The perennially popular and rightly lauded Foreign Cinema is an enchanting restaurant in San Francisco. Chefs Gayle Pirie and John Clark recently released a cookbook so you can recreate some of the restaurant’s magic at home. This easy yet elegant frittata combines sweet Dungeness crab meat with mild fromage blanc (or ricotta) and tender potatoes in a fluffy egg cloud that makes a fabulous summer brunch, or even a simple supper for one or two. The method of cooking it on the stovetop to start, then moving it into the oven, helps achieve a perfect texture, and the bright tomato vinaigrette that accompanies it sets off the simultaneously rich and delicate flavors. Just add a few slices of ripe avocado and a light green salad to finish.
Game Plan: The recipe does call for 1/4 cup of roasted potatoes, so you can make some for dinner up to a few nights in advance and reserve that portion to use in the frittata. You’ll build the tomato vinaigrette from a simple homemade tomato sauce, most of which you’ll reserve for later use. Still, you’ll probably have some extra vinaigrette left over too. It’s great for dipping raw veggies, or even using as an alternative to ketchup with fries and onion rings.
Note: If you can’t find Dungeness crab, you can substitute Peekytoe crab or even cooked lobster.
Special Equipment: Since the pan will go from stovetop to oven, make sure it’s totally oven-safe; a well-seasoned cast iron skillet is a great choice.
- Yields: 2 servings
- Difficulty: Easy
- Total: 1 hr
- Active: 50 min
For the Frittata:
- 1 tablespoon unsalted butter or olive oil
- 1/4 cup roasted potatoes, coarsely chopped
- 5 large eggs
- 1/4 teaspoon kosher salt
- 1 tablespoon crème fraîche
- 1/3 cup fresh Dungeness crabmeat
- 3 tablespoons fromage blanc or fresh ricotta cheese
- 1 teaspoon minced jalapeño pepper
- 1/2 cup Tomato Vinaigrette
- 1/2 avocado, sliced
- Handful of greens, such as arugula, frisée, or mâche
- 1 tablespoon chopped fresh chives, for garnish
- Petals from 4 or 5 pansies, for garnish (optional)
For the Tomato Vinaigrette:
- 3/4 cup plus 2 tablespoons olive oil
- 1 onion, finely chopped
- 1 tablespoon minced garlic
- 1 1/4 teaspoons salt
- 1/4 teaspoon red pepper flakes
- 1 (14.5-ounce) can peeled diced tomatoes
- 1 1/2 tablespoons red wine vinegar
- Pinch of sugar (optional)
To make the Tomato Vinaigrette:
- In a medium saucepan, heat 2 tablespoons of the oil over low heat. Add the onion and cook, stirring frequently, until translucent but not browned, about 5 minutes. Add the garlic, 1 teaspoon of the salt, and the red pepper flakes; cook for 10 minutes longer. Add the tomatoes and continue to cook, stirring occasionally, until saucy, about 25 minutes. Remove the sauce from the heat and cool slightly.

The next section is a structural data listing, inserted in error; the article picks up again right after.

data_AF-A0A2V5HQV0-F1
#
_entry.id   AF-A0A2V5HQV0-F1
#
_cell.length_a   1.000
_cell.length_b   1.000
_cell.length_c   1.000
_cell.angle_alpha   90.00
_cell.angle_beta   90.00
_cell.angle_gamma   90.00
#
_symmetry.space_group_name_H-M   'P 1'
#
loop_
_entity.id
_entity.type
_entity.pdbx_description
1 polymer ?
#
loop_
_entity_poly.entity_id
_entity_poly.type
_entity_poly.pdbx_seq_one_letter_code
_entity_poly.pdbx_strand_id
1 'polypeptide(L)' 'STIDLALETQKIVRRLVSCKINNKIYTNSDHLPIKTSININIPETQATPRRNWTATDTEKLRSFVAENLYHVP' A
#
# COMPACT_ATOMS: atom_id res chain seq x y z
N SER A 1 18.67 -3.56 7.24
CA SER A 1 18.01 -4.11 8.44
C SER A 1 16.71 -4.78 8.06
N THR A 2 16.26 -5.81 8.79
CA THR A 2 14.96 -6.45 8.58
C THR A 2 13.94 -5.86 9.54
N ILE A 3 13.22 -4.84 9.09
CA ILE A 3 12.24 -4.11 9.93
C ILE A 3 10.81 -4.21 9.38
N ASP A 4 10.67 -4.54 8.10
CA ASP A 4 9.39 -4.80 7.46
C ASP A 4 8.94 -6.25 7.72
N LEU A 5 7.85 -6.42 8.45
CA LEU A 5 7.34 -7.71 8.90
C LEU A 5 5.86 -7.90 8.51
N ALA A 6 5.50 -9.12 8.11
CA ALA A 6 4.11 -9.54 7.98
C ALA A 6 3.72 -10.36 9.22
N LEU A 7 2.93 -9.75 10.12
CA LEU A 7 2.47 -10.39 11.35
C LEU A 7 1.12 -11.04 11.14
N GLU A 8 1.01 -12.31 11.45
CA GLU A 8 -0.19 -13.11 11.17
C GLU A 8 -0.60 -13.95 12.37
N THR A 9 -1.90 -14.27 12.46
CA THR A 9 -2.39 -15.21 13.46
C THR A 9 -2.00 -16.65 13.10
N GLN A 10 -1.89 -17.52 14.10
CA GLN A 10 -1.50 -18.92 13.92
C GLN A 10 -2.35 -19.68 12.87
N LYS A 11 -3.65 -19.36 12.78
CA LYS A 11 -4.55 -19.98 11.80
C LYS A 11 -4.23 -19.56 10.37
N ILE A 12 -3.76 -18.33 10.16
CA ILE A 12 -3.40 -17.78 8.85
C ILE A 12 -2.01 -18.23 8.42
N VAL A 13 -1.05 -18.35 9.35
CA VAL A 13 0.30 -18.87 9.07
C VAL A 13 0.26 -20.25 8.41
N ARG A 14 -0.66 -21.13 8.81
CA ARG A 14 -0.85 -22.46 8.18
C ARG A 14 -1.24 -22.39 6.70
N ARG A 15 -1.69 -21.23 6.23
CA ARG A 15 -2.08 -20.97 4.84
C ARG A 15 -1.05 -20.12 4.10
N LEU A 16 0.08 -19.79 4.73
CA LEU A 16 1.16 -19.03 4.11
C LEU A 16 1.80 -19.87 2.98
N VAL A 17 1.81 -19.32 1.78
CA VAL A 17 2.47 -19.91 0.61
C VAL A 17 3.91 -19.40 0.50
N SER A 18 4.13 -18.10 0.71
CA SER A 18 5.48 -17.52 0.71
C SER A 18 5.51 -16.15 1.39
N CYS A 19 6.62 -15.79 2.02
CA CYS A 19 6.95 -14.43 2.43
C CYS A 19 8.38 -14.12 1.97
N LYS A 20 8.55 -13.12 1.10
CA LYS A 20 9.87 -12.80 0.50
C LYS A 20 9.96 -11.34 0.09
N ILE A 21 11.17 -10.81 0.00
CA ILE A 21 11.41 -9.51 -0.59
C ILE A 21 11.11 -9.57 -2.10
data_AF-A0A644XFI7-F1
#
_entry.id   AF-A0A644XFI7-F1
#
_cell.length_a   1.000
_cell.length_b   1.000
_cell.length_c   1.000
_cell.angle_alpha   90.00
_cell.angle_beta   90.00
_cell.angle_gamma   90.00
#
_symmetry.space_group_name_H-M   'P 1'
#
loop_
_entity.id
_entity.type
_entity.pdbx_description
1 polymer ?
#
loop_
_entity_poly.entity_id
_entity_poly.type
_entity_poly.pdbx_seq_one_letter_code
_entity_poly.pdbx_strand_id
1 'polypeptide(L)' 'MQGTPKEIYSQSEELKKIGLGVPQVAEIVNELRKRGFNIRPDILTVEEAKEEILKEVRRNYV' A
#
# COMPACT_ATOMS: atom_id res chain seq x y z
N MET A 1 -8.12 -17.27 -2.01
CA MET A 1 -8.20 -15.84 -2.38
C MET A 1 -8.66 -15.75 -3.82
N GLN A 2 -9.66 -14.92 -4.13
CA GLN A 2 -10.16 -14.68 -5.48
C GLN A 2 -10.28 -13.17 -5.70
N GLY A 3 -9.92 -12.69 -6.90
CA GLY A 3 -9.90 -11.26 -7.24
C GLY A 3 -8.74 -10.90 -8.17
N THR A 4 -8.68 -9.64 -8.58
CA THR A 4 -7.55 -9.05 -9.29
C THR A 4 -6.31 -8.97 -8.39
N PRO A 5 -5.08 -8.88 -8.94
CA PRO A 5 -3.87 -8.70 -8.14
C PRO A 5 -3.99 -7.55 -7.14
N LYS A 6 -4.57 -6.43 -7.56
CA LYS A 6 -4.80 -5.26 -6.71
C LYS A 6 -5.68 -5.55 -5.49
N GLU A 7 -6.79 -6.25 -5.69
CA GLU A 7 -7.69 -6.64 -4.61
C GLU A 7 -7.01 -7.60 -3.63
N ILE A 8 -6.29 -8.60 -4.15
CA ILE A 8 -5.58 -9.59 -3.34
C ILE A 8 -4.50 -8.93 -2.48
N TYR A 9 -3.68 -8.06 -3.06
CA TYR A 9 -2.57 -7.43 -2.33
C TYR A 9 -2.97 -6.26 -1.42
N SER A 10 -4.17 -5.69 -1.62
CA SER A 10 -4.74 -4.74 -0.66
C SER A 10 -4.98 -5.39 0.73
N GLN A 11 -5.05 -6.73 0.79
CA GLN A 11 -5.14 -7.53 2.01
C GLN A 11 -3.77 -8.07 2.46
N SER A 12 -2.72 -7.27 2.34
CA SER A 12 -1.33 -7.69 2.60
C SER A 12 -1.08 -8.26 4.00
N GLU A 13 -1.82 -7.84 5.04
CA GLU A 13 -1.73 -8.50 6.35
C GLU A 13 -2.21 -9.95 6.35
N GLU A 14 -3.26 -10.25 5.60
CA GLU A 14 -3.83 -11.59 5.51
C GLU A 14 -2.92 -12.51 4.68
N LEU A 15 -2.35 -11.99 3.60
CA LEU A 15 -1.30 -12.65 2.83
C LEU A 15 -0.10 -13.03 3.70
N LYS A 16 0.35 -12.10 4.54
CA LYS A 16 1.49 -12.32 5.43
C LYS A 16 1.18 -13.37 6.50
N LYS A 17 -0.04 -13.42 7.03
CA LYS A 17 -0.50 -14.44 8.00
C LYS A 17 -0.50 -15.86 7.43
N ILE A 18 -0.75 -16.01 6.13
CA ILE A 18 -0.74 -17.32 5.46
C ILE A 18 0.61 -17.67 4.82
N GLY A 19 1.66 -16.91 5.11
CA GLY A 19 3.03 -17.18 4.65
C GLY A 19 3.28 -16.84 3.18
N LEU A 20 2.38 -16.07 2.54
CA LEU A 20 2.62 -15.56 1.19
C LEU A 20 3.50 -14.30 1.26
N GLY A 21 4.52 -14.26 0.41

- In a blender or food processor, blend 1 cup of the sauce at low speed for a few seconds. Freeze remaining tomato sauce for future use. Add the remaining 3/4 cup oil in a slow, steady stream through the pour spout as you continue to blend until the sauce is smooth, about 1 minute longer, scraping down the bowl if needed. Add the vinegar, the remaining 1/4 teaspoon salt, and the sugar, if using, and blend for 20 seconds longer.
- Refrigerate in an airtight container for up to 3 days. Bring to room temperature and whisk in a few drops of water before using.
To make the Frittata:
- Set a rack in the center of the oven and preheat the oven to 350°F (175°C). Have ready a warm serving plate.
- In a 9- to 10-inch ovenproof nonstick skillet, melt the butter over medium heat. Add the potatoes and warm them for 1 to 2 minutes. In a small bowl, use a fork to vigorously whisk the eggs with the salt. Add the crème fraîche, crabmeat, fromage blanc, and jalapeño. Add the egg mixture to the pan with the potatoes, stirring to evenly distribute them. Reduce the heat and cook for 1 minute on the stovetop.
- Transfer the pan to the oven and bake until the frittata puffs and is gently set, 6 to 7 minutes. The center should be supple but not completely firm when you lightly press it with your finger.
- Let the frittata rest for 1 minute, then carefully slide it onto the warm plate. Drizzle the tomato vinaigrette around the frittata, top with the avocado, and scatter the greens, chives, and pansy petals, if using, over the top. Cut the frittata into wedges and serve warm.
Excerpted from “The Foreign Cinema Cookbook: Recipes and Stories Under the Stars” by Gayle Pirie and John Clark. Published by Abrams, c 2018. Photography credit: Ed Anderson.